The most recent press releases about innovation >>>

Die letzten 5 Focus-News des innovations-reports im Überblick:

Im Focus: Researchers at Fraunhofer monitor re-entry of Chinese space station Tiangong-1

In just a few weeks from now, the Chinese space station Tiangong-1 will re-enter the Earth's atmosphere where it will to a large extent burn up. It is possible that some debris will reach the Earth's surface. Tiangong-1 is orbiting the Earth uncontrolled at a speed of approx. 29,000 km/h.Currently the prognosis relating to the time of impact currently lies within a window of several days. The scientists at Fraunhofer FHR have already been monitoring Tiangong-1 for a number of weeks with their TIRA system, one of the most powerful space observation radars in the world, with a view to supporting the German Space Situational Awareness Center and the ESA with their re-entry forecasts.

Following the loss of radio contact with Tiangong-1 in 2016 and due to the low orbital height, it is now inevitable that the Chinese space station will...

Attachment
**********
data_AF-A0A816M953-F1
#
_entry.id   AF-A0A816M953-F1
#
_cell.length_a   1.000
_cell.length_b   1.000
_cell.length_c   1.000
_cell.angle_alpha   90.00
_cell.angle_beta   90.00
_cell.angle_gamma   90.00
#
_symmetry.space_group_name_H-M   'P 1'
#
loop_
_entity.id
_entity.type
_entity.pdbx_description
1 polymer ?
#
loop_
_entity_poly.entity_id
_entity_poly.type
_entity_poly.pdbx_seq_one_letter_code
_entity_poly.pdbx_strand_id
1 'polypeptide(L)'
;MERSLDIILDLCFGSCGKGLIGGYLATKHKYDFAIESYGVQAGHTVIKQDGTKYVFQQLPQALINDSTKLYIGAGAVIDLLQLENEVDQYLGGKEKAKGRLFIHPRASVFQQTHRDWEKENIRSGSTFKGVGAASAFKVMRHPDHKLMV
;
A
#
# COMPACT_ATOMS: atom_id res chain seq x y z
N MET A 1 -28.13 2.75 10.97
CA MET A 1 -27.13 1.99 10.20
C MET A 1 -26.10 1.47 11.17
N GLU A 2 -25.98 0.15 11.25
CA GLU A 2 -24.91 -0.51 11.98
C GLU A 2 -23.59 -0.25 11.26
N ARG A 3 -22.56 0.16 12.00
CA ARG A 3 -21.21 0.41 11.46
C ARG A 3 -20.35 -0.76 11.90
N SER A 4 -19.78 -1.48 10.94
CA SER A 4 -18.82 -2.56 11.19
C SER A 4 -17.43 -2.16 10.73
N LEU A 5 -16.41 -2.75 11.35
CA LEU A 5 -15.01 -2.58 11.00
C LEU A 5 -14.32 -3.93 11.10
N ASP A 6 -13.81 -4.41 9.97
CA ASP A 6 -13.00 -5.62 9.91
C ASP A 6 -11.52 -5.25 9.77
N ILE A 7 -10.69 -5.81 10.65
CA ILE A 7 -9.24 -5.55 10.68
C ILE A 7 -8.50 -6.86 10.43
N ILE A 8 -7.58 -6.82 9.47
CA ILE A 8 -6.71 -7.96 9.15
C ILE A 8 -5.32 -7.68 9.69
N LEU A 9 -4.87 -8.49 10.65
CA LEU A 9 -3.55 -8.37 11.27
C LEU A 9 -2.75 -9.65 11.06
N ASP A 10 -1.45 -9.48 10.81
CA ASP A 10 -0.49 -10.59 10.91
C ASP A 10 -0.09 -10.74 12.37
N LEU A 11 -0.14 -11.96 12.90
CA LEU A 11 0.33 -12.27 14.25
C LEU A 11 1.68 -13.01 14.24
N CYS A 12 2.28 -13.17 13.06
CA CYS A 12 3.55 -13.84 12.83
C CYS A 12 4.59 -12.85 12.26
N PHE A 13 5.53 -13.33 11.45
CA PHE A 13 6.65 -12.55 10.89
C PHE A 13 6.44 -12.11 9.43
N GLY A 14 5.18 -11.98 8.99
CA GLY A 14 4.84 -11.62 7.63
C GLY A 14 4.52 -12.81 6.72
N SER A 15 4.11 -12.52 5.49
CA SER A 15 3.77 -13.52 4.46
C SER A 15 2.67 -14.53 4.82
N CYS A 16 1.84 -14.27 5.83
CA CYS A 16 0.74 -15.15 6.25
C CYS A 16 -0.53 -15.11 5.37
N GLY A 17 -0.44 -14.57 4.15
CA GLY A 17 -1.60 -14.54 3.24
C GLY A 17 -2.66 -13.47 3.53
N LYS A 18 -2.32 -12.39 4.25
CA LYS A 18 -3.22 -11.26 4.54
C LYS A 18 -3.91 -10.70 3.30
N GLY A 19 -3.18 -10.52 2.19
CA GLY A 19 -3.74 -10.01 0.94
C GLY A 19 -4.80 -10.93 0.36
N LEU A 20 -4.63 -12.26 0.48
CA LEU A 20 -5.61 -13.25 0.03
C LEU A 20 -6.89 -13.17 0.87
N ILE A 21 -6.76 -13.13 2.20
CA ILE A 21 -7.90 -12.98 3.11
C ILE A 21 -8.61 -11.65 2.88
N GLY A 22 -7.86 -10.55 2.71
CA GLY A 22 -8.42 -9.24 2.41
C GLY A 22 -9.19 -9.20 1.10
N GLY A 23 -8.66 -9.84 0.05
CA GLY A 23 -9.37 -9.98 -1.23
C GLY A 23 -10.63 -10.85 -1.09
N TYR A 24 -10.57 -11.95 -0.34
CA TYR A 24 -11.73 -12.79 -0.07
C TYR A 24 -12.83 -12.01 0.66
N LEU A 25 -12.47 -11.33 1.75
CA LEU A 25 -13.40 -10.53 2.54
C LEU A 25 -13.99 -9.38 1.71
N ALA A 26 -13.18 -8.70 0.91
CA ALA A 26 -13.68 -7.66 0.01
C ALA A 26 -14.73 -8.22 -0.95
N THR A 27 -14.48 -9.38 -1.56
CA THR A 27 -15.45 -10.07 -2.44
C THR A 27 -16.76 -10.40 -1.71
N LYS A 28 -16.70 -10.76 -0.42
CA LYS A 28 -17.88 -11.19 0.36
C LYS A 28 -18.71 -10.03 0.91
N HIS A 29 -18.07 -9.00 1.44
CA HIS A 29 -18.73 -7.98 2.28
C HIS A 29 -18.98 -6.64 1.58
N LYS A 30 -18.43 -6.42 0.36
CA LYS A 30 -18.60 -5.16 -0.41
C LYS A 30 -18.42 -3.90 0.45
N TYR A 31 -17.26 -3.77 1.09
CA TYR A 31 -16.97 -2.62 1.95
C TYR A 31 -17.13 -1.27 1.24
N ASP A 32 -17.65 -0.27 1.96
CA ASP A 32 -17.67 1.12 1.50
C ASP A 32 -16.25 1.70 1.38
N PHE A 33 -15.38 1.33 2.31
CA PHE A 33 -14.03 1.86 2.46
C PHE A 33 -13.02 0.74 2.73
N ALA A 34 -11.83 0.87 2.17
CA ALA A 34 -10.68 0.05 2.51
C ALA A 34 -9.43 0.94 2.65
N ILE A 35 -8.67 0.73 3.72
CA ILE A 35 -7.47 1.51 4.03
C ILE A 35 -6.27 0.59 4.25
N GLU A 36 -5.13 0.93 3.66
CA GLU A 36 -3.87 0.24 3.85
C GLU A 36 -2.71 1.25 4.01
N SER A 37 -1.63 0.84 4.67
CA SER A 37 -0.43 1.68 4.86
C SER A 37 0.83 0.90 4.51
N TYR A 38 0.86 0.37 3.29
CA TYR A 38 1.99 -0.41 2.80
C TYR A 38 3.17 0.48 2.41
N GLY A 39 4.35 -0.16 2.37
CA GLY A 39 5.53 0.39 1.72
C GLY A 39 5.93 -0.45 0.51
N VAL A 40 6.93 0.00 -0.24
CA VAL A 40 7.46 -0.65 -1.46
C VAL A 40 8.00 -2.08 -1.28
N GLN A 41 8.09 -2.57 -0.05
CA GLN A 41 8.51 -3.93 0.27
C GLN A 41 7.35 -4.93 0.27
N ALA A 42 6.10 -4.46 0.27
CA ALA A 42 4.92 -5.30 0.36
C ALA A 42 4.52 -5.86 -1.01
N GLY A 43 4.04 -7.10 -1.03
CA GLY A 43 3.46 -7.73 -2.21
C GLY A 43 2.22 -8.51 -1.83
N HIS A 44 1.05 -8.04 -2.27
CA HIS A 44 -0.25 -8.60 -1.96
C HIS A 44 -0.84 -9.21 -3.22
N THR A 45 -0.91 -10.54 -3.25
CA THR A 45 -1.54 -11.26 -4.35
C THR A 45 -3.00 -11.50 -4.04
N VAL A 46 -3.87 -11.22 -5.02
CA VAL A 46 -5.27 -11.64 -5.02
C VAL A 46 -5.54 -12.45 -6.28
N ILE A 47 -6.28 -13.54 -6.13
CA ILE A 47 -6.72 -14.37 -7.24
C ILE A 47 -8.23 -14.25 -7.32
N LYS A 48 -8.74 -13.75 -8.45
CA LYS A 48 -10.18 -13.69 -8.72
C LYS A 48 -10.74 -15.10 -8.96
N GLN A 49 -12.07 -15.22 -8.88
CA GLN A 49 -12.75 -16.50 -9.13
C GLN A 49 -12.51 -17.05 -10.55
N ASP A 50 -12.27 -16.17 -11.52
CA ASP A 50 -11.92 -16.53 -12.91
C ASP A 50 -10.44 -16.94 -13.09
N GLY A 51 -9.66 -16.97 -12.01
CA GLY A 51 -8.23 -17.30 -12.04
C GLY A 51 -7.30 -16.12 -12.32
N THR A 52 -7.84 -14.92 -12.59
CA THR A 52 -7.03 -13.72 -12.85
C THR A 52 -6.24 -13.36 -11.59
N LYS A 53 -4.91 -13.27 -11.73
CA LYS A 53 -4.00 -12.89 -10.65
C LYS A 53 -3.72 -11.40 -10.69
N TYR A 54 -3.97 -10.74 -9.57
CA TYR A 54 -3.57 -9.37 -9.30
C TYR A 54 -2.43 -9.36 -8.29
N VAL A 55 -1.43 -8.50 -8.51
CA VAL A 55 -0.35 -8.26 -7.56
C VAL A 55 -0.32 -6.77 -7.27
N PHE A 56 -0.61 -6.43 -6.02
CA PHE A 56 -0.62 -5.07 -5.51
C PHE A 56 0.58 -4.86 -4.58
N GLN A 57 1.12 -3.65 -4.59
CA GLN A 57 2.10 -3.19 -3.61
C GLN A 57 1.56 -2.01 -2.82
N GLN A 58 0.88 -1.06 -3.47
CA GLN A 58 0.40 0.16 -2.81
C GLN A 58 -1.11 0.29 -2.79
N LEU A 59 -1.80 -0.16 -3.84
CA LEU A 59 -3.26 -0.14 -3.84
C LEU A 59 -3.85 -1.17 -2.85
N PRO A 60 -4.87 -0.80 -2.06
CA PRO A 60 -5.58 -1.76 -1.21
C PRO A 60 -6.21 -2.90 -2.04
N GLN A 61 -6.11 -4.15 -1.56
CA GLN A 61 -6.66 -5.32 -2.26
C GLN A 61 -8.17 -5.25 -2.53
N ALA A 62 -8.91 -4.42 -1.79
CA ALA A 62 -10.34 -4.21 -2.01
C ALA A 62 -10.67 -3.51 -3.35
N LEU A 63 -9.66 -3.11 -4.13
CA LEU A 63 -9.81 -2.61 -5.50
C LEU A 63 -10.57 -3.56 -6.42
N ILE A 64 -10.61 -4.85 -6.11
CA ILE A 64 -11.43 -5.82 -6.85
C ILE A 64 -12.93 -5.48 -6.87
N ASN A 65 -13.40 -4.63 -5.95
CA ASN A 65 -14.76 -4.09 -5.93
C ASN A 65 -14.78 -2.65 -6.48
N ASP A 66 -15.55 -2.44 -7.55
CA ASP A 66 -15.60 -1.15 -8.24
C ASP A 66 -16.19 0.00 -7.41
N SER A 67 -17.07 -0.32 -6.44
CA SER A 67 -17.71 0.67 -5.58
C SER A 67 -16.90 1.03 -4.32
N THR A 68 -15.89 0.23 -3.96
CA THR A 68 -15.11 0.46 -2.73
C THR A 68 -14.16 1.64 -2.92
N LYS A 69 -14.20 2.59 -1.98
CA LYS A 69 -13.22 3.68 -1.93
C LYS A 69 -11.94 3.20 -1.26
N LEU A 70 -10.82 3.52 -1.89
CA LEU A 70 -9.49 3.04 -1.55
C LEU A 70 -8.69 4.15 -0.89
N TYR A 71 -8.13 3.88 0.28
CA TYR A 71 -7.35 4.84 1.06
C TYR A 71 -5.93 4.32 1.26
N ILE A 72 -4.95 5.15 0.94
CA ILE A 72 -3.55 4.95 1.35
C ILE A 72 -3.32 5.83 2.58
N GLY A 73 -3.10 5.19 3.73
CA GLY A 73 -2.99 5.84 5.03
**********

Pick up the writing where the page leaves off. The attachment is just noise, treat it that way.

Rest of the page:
Im Focus: Alliance „OLED Licht Forum“ – Key partner for OLED lighting solutions

Fraunhofer Institute for Organic Electronics, Electron Beam and Plasma Technology FEP, provider of research and development services for OLED lighting solutions, announces the founding of the “OLED Licht Forum” and presents latest OLED design and lighting solutions during light+building, from March 18th – 23rd, 2018 in Frankfurt a.M./Germany, at booth no. F91 in Hall 4.0.

They are united in their passion for OLED (organic light emitting diodes) lighting with all of its unique facets and application possibilities. Thus experts in...

Im Focus: Mars' oceans formed early, possibly aided by massive volcanic eruptions

Oceans formed before Tharsis and evolved together, shaping climate history of Mars